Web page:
How can we attract the youth to American manufacturing? It's going to take both a public and private effort. This article shares 7 ideas.
As any manufacturing organization evaluating potential operational improvement initiatives can tell you, there are many factors that come into play, and depending on the size and breadth of your organization's production, finding the best route to pursue can be daunting to say the least.
Leading organizations have built the foundation for success with continuous improvement programs, processes and cultures, but are looking for the appropriate technology to support these efforts. Today’s Manufacturing Operations Management (MOM) applications feature advanced technologies (like Cloud, Mobile, Big Data, and the Internet of Things), that are opening new possibilities to manufacturers.
There is notable momentum behind multi-site implementations of Manufacturing Execution Systems (MES) for managing production execution, as recent data from our MOM survey showed that 34% of 550+ respondents considered production execution management the most critical MOM software application for business success. This was tied for the top response with quality management, suggesting that manufacturers far and wide have grasped the importance of what MES can achieve in operational improvements.
But with the diversity of today’s software solutions, it can be helpful to have a few high-level pointers for direction. Below, we’ll discuss five important points to consider in your MES evaluation process.
1. Understand and Map Current Processes
The ways companies define the scope of MES can vary from one to the next. Indeed, in our research we have seen the definition of MES expand over the past several years. Most implementations fail because the processes that require automated enforcement are not well-defined, and automating an ill-defined process will always create a poor result. Taking the time to map processes and identify which (and when) will be designated for workflow enforcement and automation is crucial before the creation of any short list of candidate solutions.
For a highly regulated company, something like traceability may be the most immediate pain point and the company may prefer to automate these related processes first, whereas an industrial equipment manufacturer may be more concerned about throughput and maximizing Overall Equipment Effectiveness (OEE). Tweet this tip!
2. Understand the Parties Involved
For any IT implementation to result in success, executive ownership is a critical factor. This same sentiment is true with collaboration between functional teams—especially line of business and IT. It’s important to identify and solicit input from all parties to form the right team. Applied expansively, if the implementation happens to be global, you will likely need to involve many parties globally, not just to broaden perspective, but to make sure accountability is extended outwards as well as ensuring that everyone has 'skin in the game.' Tweet this tip!
3. Set Expectations for Those Most Immediately Affected
An MES implementation is very likely to have an immediate and disruptive effect on certain day-to-day business and manufacturing activities. I have personally seen implementations canceled due to the sheer disruptiveness of its impact on business continuity. This is a disaster. Setting expectations among the most affected is key to managing the perception of the implementation’s success and keeping it on track for the duration. Tweet this tip!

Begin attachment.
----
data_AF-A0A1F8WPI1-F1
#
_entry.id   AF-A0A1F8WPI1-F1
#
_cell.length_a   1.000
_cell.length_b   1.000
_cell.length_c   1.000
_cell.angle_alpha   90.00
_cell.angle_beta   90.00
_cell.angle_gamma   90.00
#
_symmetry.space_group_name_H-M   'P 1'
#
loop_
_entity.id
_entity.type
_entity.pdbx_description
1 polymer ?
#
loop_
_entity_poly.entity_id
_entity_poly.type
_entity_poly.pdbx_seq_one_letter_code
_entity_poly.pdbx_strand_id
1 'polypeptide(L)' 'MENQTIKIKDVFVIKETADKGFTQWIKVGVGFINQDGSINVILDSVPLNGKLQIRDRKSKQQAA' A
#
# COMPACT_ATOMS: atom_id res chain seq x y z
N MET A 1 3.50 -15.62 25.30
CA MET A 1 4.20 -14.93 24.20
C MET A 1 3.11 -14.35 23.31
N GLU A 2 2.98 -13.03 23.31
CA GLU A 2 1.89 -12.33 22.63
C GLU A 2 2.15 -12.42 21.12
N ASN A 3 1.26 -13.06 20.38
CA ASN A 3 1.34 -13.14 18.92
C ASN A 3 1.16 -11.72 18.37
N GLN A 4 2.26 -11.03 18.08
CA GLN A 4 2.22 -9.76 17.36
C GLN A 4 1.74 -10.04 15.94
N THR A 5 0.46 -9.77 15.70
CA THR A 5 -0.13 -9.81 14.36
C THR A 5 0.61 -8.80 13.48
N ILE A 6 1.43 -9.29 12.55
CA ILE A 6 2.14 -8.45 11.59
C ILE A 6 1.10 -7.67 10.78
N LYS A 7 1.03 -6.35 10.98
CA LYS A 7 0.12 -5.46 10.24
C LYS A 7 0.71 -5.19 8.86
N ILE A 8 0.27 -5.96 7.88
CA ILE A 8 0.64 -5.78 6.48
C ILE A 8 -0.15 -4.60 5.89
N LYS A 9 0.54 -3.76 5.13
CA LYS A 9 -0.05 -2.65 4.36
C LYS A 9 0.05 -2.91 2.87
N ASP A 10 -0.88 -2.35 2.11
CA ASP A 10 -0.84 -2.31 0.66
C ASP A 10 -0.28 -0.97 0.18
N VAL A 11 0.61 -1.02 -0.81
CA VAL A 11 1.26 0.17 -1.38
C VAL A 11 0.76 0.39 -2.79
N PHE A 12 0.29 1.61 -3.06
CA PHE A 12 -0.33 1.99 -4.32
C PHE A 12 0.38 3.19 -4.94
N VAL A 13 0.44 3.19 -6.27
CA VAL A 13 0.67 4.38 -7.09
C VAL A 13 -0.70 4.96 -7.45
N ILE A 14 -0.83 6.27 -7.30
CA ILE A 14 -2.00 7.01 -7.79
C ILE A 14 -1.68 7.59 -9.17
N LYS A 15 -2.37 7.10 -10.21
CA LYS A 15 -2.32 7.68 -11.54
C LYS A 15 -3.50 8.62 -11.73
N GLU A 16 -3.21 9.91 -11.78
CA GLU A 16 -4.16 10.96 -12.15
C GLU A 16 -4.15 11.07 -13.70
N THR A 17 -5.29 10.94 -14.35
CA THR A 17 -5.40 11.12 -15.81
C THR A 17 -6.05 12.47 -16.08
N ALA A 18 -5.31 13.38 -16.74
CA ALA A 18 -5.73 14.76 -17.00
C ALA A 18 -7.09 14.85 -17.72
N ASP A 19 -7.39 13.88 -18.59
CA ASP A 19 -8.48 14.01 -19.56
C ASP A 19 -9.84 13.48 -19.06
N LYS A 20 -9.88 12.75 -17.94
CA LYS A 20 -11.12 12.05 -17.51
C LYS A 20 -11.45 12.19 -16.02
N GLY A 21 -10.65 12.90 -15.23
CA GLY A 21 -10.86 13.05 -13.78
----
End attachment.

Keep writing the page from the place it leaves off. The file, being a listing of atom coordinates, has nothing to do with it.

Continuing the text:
4. Define Metrics for Success
In building and keeping the momentum for success, it’s crucial to achieve some quick, demonstrable wins. To do this you need to understand the most immediate pain points to be solved in the organization and the types of benefits the company can expect by automating and enforcing a given process. These metrics can be related to the implementation process (time, effectiveness, etc.) and also how quickly it helps solve business pain points.
It’s helpful to boil this down to geography/business unit/product line/site level information so that team members can understand the impact the implementation will have on their particular part of the business. This information will prove critical in building a business case for the implementation. Tweet this tip!
5. Understand Your Current IT Infrastructure
Be sure to inquire about and understand your current IT landscape so you can better gauge the appropriate scope of your MES project as well as the IT resources you will be able to allocate to the project. Today's cloud-based, Software as a Service (SaaS) solutions can require dramatically lower internal resources for ongoing maintenance and support. In addition, some solution providers provide a certain amount of 'out of the box' vertical industry functionality, and any modern MES software should be highly configurable versus requiring a lot of programming. However, all initial implementations will have performance, security, and integration considerations that require professional IT expertise. Tweet this tip!
Putting it all Together
These tips are a foundational piece of the framework on which to build your MES implementation process and help when making a business case and determining the scope of your project. To learn more about additional best practices in selecting and implementing MES and other MOM applications, as well as the type of value adopters of MOM software are seeing today, be sure to reserve your spot for our webcast on October 28 at 10:00 am EST: “The Global State of Manufacturing Operations Management Software—Weaving the Digital Thread.”